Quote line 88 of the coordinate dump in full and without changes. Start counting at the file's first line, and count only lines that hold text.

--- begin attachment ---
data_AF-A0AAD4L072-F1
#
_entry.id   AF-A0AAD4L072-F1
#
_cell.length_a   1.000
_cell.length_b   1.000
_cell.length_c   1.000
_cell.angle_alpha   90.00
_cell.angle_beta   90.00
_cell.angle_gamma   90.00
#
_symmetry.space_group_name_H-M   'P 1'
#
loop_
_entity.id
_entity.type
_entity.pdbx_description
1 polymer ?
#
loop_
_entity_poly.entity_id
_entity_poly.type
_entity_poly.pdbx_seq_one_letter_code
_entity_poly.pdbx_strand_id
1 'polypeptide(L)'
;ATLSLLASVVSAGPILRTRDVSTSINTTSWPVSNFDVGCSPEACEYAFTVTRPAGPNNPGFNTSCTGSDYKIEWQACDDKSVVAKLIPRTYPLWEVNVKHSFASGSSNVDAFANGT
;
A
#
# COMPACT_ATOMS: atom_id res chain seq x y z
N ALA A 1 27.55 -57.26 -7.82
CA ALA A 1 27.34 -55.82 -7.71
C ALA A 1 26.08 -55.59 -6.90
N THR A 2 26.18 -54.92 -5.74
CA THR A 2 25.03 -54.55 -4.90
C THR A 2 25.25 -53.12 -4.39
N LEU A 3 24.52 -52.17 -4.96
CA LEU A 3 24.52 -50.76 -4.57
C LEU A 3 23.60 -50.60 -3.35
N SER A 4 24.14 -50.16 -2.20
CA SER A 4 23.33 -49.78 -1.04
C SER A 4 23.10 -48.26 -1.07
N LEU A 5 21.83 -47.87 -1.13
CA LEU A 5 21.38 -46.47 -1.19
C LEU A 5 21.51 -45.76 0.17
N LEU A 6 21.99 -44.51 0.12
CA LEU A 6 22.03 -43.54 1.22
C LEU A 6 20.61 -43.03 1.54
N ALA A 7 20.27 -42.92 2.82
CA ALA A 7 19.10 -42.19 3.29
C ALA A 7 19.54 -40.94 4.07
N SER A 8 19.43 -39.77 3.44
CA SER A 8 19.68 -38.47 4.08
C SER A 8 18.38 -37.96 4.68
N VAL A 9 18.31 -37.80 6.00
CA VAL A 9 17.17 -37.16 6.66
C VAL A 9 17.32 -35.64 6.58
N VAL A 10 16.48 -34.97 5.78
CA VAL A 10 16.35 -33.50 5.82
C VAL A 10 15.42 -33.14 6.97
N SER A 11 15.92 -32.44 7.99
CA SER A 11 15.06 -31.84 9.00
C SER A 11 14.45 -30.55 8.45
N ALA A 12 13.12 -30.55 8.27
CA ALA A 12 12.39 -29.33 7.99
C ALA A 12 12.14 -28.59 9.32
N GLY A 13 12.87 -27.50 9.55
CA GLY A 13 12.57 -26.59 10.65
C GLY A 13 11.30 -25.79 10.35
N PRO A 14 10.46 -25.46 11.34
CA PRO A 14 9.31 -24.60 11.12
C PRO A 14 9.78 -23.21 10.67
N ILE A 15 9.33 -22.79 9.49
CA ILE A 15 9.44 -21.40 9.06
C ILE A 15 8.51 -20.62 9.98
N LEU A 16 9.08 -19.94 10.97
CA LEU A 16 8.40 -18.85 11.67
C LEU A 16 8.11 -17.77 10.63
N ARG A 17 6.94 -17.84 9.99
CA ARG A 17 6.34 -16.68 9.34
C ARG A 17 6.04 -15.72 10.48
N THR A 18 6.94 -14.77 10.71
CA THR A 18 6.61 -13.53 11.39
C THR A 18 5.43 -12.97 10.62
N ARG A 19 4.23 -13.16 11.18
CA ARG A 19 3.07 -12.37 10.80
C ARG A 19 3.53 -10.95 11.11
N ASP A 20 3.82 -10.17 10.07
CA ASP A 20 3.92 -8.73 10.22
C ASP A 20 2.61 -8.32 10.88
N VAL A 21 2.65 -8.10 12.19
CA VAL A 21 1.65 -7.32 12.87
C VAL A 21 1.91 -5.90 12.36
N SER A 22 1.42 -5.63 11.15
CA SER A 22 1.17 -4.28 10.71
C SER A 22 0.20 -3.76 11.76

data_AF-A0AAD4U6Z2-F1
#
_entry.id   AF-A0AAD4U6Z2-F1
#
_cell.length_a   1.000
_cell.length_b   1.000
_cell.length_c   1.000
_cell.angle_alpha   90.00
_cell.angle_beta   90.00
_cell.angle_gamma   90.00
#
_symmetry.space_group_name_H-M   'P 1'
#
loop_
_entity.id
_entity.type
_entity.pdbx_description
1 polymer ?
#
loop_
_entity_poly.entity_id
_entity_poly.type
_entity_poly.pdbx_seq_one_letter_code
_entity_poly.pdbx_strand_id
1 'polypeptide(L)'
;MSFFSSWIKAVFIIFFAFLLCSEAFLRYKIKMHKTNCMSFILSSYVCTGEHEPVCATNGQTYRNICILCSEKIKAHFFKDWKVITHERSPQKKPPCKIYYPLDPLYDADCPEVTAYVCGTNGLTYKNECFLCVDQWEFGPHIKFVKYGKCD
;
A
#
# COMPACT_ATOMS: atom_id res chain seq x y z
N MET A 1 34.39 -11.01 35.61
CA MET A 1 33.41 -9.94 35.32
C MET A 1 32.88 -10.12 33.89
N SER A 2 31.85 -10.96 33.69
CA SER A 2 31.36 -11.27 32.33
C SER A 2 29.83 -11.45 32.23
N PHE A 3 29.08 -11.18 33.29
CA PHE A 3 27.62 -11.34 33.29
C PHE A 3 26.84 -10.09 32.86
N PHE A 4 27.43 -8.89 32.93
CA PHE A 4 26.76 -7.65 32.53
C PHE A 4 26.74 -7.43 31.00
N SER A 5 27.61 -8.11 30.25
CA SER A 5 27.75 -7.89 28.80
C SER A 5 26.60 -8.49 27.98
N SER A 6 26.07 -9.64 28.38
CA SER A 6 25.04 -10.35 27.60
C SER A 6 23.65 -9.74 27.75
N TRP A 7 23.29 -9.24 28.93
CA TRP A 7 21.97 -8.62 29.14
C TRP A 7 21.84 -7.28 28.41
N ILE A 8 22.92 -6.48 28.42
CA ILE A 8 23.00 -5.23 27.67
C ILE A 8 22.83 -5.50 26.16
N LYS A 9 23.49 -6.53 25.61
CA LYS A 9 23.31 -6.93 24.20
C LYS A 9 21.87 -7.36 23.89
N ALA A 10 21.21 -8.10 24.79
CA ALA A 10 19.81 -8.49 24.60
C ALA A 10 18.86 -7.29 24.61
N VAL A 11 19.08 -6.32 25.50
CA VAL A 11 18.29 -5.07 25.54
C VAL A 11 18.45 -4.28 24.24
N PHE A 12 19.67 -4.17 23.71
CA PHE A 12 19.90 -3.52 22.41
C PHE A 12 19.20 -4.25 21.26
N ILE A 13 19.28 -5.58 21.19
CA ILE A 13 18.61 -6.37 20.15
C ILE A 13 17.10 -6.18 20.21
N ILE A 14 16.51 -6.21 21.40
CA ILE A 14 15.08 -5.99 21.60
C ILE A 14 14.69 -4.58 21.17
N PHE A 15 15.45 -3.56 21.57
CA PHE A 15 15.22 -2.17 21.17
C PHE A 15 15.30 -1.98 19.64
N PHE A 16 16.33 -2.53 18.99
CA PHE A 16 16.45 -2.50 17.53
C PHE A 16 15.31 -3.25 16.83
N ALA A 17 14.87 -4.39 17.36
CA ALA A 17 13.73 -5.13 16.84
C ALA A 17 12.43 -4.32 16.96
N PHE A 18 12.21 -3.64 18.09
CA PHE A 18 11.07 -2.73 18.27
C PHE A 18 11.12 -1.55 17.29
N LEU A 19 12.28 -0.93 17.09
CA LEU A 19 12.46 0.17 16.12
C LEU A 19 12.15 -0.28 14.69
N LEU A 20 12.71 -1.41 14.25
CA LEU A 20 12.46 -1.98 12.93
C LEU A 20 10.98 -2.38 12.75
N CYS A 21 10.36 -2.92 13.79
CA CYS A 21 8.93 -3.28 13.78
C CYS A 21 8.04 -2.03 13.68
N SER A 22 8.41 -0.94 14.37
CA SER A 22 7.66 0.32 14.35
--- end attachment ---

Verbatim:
N ASP A 20 3.82 -10.17 10.07